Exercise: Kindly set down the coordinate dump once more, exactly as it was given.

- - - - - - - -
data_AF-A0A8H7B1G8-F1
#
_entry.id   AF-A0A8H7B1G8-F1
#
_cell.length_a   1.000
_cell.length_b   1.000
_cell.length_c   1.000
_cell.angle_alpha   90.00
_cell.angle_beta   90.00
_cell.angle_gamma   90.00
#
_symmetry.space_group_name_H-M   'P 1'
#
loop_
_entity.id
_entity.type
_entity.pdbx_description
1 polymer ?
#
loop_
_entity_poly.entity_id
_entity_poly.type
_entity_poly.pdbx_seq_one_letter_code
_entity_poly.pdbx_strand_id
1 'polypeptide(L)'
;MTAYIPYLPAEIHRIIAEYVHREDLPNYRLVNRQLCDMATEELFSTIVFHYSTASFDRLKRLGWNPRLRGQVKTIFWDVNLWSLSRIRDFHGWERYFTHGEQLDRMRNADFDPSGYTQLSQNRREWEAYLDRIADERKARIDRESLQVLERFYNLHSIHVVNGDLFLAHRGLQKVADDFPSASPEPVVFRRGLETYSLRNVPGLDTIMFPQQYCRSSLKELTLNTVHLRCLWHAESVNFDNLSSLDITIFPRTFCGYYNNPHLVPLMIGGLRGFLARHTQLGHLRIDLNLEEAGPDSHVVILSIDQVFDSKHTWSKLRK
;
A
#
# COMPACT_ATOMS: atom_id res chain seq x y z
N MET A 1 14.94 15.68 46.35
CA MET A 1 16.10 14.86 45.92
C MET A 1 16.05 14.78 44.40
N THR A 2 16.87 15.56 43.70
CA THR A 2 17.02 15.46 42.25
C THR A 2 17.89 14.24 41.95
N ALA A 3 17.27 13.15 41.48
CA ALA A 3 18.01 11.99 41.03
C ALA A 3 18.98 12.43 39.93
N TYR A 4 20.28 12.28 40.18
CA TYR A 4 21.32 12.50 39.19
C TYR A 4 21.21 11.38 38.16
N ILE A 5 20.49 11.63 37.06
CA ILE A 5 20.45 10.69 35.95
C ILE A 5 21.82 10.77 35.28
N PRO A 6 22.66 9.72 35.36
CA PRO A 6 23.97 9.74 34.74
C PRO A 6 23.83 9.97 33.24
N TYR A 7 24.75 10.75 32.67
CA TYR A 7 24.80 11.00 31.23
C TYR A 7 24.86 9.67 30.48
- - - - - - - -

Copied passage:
data_AF-A0A8H7B1G8-F1
#
_entry.id   AF-A0A8H7B1G8-F1
#
_cell.length_a   1.000
_cell.length_b   1.000
_cell.length_c   1.000
_cell.angle_alpha   90.00
_cell.angle_beta   90.00
_cell.angle_gamma   90.00
#
_symmetry.space_group_name_H-M   'P 1'
#
loop_
_entity.id
_entity.type
_entity.pdbx_description
1 polymer ?
#
loop_
_entity_poly.entity_id
_entity_poly.type
_entity_poly.pdbx_seq_one_letter_code
_entity_poly.pdbx_strand_id
1 'polypeptide(L)'
;MTAYIPYLPAEIHRIIAEYVHREDLPNYRLVNRQLCDMATEELFSTIVFHYSTASFDRLKRLGWNPRLRGQVKTIFWDVNLWSLSRIRDFHGWERYFTHGEQLDRMRNADFDPSGYTQLSQNRREWEAYLDRIADERKARIDRESLQVLERFYNLHSIHVVNGDLFLAHRGLQKVADDFPSASPEPVVFRRGLETYSLRNVPGLDTIMFPQQYCRSSLKELTLNTVHLRCLWHAESVNFDNLSSLDITIFPRTFCGYYNNPHLVPLMIGGLRGFLARHTQLGHLRIDLNLEEAGPDSHVVILSIDQVFDSKHTWSKLRK
;
A
#
# COMPACT_ATOMS: atom_id res chain seq x y z
N MET A 1 14.94 15.68 46.35
CA MET A 1 16.10 14.86 45.92
C MET A 1 16.05 14.78 44.40
N THR A 2 16.87 15.56 43.70
CA THR A 2 17.02 15.46 42.25
C THR A 2 17.89 14.24 41.95
N ALA A 3 17.27 13.15 41.48
CA ALA A 3 18.01 11.99 41.03
C ALA A 3 18.98 12.43 39.93
N TYR A 4 20.28 12.28 40.18
CA TYR A 4 21.32 12.50 39.19
C TYR A 4 21.21 11.38 38.16
N ILE A 5 20.49 11.63 37.06
CA ILE A 5 20.45 10.69 35.95
C ILE A 5 21.82 10.77 35.28
N PRO A 6 22.66 9.72 35.36
CA PRO A 6 23.97 9.74 34.74
C PRO A 6 23.83 9.97 33.24
N TYR A 7 24.75 10.75 32.67
CA TYR A 7 24.80 11.00 31.23
C TYR A 7 24.86 9.67 30.48